Friday, September 4, 2009

Valle de Guadalupe, Part One





























As I sit in the living room of my gorgeous boutique inn, La Villa de Valle, I reflect on the this beautiful, gentle and quiet valley. There are not many sounds save for a distant rooster sounding off well into the day and the bustle of sweet Mexican girls with their small children, making coffee across the way in the kitchen. I gaze out to the terraces surrounding this lovely oasis, the olive grove and gardens beyond, and the many dogs that run around the property, taking dips in the pool, and happily wag their tails when one approaches.

It took about 3 hours to get into the valley from San Clemente; two of which were spent navigating small border highways in San Diego County. Entering through Tecate was a breeze, they didn’t even glance at us as we readied our passports etc. We were waved on through, but I wanted to talk to the border patrol to assure I could bring wine back across (for a price of course), so I pulled over and stepped out of the very air-conditioned rental car into the hot Mexican desert, California just steps away through the fence. I was very surprised to find little if no English spoken even at this proximity to the border. I was able to verify that I could bring wine back and would have to pay duty. Mission accomplished (I was about to be foolish and try to write that in Spanish…)

The road to Valle de Guadalupe was well paved, practically empty, and super easy to navigate across dry mountains with some small valleys in between. We saw two federales guarding either side of the road in a small pueblo along the way, having set up a “speed bump” (made of I don’t know what). No issues whatsoever. Shortly thereafter we found ourselves rounding a corner with vineyards flanking each side of the road – aahhh, we had arrived. Valle de Guadalupe begins with the very commercial L.A. Cetto winery and a town called Francisco Zarco to the Northeast, and ends with the town, San Antonio de Las Minas to the south, nearer to coast and Ensenada. We were eager to stop for lunch before tasting any wines.
I had noticed from my crude map that Francisco Zarco had several streets. I thought perhaps we could get out and walk around until we actually saw the town, consisting of a dirt “main street”, with periodic signs announcing Ruta del Vino, which as far as we could tell, was the only street of town. Splitting off periodically were dusty roads leading to dilapidated buildings, homes etc. but no other businesses save for a few small grocery stores, a couple of one room “museums”, 3 or 4 “restaurants” that were basically small shacks boasting items I didn’t recognize on their hand painted signs. We pulled over at a clean looking place that had a parking lot. Little boys ran about in their underwear, chickens and a large white duck were hiding out in the shade. The patio was clean with beautiful rough hewn tables as we passed through the back door to the store in front to let La Senora know that we would like to eat something. Spiced vinegars, jams and cheeses were sparingly displayed. Nothing on the menu looked familiar, so we chose brochetas de queso y tomate (brochettes of cheese and tomatoes) and a plato containing pastries that held frijoles y queso, queso, y carne (3). It also came with pure papas (mashed potatoes) and some salad.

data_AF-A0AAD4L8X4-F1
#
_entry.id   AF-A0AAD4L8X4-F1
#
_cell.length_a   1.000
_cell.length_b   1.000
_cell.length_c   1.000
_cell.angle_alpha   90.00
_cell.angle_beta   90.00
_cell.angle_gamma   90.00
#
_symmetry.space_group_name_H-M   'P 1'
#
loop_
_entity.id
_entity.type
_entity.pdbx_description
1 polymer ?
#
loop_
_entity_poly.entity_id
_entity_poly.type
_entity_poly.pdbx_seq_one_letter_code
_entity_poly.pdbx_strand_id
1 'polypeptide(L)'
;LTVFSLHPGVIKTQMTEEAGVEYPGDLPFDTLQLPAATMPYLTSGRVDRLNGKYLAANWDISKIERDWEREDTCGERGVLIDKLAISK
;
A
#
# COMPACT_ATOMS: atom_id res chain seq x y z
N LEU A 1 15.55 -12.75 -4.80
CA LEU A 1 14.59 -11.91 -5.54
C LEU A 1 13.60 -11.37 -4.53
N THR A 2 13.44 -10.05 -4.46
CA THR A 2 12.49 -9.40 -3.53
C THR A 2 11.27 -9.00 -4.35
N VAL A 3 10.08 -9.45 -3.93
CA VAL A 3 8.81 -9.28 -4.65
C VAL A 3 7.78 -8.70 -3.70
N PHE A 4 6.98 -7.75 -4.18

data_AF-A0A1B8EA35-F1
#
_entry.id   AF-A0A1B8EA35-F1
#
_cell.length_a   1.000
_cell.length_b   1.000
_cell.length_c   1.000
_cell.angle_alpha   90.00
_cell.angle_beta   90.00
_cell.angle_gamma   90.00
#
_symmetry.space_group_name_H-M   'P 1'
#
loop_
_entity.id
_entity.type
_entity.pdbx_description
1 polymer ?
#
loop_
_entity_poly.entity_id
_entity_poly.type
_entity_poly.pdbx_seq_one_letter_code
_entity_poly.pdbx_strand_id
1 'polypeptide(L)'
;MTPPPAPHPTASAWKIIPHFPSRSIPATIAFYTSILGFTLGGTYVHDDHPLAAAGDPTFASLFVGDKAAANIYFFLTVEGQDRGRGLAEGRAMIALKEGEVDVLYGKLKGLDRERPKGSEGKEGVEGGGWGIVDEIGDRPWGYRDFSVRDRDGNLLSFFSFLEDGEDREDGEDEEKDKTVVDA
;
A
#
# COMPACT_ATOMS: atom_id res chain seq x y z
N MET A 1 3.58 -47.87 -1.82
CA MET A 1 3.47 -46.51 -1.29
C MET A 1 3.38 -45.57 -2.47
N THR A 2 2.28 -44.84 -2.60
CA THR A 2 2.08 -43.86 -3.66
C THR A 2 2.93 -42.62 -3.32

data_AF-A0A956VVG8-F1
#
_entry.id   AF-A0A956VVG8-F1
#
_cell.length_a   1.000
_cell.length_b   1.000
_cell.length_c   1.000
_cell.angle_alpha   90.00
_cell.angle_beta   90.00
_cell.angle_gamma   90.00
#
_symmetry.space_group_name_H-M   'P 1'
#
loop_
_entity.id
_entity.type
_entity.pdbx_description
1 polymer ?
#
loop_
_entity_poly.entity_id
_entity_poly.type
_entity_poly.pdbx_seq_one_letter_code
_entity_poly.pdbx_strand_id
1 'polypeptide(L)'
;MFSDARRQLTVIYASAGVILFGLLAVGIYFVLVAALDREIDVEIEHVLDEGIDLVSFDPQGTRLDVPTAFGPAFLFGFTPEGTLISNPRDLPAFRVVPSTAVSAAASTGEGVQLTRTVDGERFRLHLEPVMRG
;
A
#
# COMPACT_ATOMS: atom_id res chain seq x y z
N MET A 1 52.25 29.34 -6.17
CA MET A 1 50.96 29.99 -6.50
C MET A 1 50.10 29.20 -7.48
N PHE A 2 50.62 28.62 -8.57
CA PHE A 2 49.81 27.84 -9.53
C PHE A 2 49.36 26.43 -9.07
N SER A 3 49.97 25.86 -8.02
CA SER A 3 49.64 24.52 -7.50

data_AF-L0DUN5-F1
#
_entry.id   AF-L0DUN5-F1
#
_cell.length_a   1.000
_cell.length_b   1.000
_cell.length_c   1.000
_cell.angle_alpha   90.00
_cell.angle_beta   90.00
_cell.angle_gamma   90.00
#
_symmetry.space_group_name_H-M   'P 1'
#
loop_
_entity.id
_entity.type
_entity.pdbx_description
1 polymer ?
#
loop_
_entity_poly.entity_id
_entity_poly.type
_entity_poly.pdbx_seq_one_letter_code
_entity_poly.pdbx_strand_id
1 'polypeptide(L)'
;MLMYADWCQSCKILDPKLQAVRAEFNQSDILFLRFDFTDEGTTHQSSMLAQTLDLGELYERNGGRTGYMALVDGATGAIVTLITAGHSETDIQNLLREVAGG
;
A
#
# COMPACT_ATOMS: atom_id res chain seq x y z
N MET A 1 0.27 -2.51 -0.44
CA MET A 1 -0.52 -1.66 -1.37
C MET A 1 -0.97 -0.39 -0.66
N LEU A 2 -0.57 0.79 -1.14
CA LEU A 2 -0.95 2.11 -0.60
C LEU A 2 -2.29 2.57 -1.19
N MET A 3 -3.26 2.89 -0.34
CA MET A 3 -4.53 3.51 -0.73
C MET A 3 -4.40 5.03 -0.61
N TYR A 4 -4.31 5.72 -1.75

After a little bit (too long but we were in Mexico now…) some julienned cucumbers dressed in herb flecked vinegar and olive oil were placed before us. There was a hint of chile in the mix and the cucumbers were a welcoming beginning to our time here. The brochettes appeared, containing large chunks of goat cheese, spongy and mild, alternating with chunks of tomatoes and a similar vinaigrette drizzled over the top. We thought twice about whether we should consume the tomatoes, as it is a tough thing to eat uncooked vegetables in this country known for “Montezuma’s revenge” striking unsuspecting travelers. But then again, we had already consumed the cucumbers, so…

Our main dish appeared, three ample empanada style turnovers, served with potato puree and a salad for which the dressing was on the side. We avoided the lettuce and concentrated on the fried goodness of the three varieties before us. I happily ate the one with carne, containing potatoes and olives in a mild sauce, as my sister doesn’t eat meat. The dough was chewy and flavorful, with enough flake to give it texture but not too much so that it would fall apart.